You definitely are the person who knows your cat or dog the most in the whole world, but that doesn’t mean that it’s easy to know when they have health issues. Their eyes might be very expressive and their body language eloquent, but you still have to know what you’re looking for to realize something’s wrong.
This list is a good start on how to know if your pet is sick. Be advised that this is not an exhaustive list and should never serve as a substitute for the diagnostic of a veterinary. The real purpose of this list is to help you detect early warnings that your pets need medical attention or emergency care. And when in doubt, consult your vet!
Changes in their behavior
It goes without saying that each animal has a very distinct personality, and you probably know your dog better than anyone else. Just like with people, a sudden change in a dog’s temperament or behavior could mean that there’s trouble brewing, and it’s important to notice this because it can help with early detection of a number of diseases. Be on the lookout for lethargy, irritability, agitation, withdrawal, or an increase of needy and clingy attitudes.
Signs of neurological problems
Sadly, pets can’t just vocalize their issues the way we do. They will never say “I feel funny, something’s wrong”, so it can be hard to detect if they’re having trouble with their nervous system. If your dog or cat has seizures, constant twitches, circles repeatedly for no reason, has a weak or wobbly gait, tilts its head, gets disoriented or loses consciousness, take them for immediate veterinary care, if only to discard any major neurological issues.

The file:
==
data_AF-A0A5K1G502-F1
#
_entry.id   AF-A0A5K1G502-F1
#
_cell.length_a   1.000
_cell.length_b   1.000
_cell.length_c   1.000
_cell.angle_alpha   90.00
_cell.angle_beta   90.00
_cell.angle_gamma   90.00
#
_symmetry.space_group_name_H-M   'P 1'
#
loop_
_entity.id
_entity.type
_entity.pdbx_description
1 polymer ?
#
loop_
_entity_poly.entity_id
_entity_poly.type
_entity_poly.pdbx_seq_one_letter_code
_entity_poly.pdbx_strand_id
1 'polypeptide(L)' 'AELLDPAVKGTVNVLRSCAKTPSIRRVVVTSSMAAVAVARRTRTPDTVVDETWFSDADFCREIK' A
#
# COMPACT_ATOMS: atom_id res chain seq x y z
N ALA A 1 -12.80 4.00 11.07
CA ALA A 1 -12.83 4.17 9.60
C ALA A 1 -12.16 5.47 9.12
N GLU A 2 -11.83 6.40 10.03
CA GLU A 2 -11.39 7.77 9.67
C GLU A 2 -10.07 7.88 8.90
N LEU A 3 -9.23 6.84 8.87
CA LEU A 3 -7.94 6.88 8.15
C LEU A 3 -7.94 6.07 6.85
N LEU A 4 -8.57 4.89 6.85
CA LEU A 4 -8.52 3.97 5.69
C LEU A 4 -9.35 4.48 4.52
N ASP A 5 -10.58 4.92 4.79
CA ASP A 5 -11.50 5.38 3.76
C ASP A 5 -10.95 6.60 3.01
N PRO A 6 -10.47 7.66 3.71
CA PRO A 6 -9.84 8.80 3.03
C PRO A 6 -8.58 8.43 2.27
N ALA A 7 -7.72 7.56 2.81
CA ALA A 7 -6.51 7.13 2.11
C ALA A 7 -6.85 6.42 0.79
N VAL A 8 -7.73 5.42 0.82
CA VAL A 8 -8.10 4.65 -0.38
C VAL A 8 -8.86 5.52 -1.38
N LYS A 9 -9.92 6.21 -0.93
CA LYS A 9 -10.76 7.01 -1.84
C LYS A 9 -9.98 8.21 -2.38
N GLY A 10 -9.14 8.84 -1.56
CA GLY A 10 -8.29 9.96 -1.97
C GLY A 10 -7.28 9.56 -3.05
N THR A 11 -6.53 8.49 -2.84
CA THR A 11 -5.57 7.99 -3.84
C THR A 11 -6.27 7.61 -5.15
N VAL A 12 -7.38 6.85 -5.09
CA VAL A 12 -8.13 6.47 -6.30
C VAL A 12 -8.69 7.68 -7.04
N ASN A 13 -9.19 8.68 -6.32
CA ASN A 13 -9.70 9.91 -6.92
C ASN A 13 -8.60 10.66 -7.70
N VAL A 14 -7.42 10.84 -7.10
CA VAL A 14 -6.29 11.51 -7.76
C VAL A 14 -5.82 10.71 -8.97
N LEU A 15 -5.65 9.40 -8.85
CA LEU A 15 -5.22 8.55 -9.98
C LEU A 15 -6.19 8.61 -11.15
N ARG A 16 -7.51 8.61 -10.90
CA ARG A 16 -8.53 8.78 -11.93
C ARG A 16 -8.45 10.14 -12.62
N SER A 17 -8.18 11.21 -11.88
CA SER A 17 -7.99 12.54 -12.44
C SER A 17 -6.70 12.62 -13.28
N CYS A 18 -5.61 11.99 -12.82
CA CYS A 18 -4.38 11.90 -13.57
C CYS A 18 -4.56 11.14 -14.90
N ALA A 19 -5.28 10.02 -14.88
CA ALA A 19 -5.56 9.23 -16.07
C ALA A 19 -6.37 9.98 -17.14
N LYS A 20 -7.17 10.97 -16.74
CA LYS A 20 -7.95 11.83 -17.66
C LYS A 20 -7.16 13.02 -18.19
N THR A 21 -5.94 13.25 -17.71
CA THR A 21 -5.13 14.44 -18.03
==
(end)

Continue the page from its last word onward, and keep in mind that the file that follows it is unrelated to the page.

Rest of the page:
Serious digestive issues
Cats cough up the occasional hairball and dogs aren’t picky eaters, so it’s common for them to vomit now and then, while dogs can also have a mild case of diarrhea for the same reason. However, there are a few signs that your pet might be dealing with something more serious. A prolonged loss of appetite, constant vomiting, or profuse diarrhea lasting over 24 hours, and blood in their stool means that they need a trip to the veterinary.
If your dog dry heaves repeatedly, is restless and have an overly distended tummy, that could mean that it’s dealing with “bloat,” which is life-threatening and requires emergency treatment, so don’t delay if you find these symptoms together. For cats, a repeated failure to use their litter box might also mean that they have digestive or urinary problems.
Their appearance changes
As we said, pets can’t vocalize their pain, but most of their diseases caus very noticeable changes in their appearance that you can pay attention to. Lumps and bumps on their own are not usually a sign of anything wrong, but their unexplained appearance (or disappearance) can mean trouble. Others are a little more obvious, like open or oozing sores, sudden weight loss or gain, rashes and hair loss, and constant itching can be a sign of skin problems or something that runs deeper.
There’s nothing more stressful than not being able to breathe properly, so don’t let your pet stay like that if you notice any sign of respiratory problems, from the most obvious to the subtler ones. As with humans, a few coughs and sneezes here and there are very common and almost never a sign for alarm, depending on the environment. On the other hand, things such as persistent coughing or gagging, a wheezing or labored breathing, a honking cough, or a large amount of mucus (especially if it’s bloody) all mean trouble.
A good thing to remember is that, if you notice that your dog is having trouble breathing, check their gums. They should be pink, so any bluish coloring to them means that you have to seek emergency care quickly.
Remember to seek urgent care for your furry friend if you think something is wrong with them. Again, while this is not a replacement for an actual veterinary’s diagnostic, it will prevent you from thinking “what is wrong with my dog?” without knowing where to look at. And if your only problem with your pets is how much of a mess they make, that’s something we can take care of.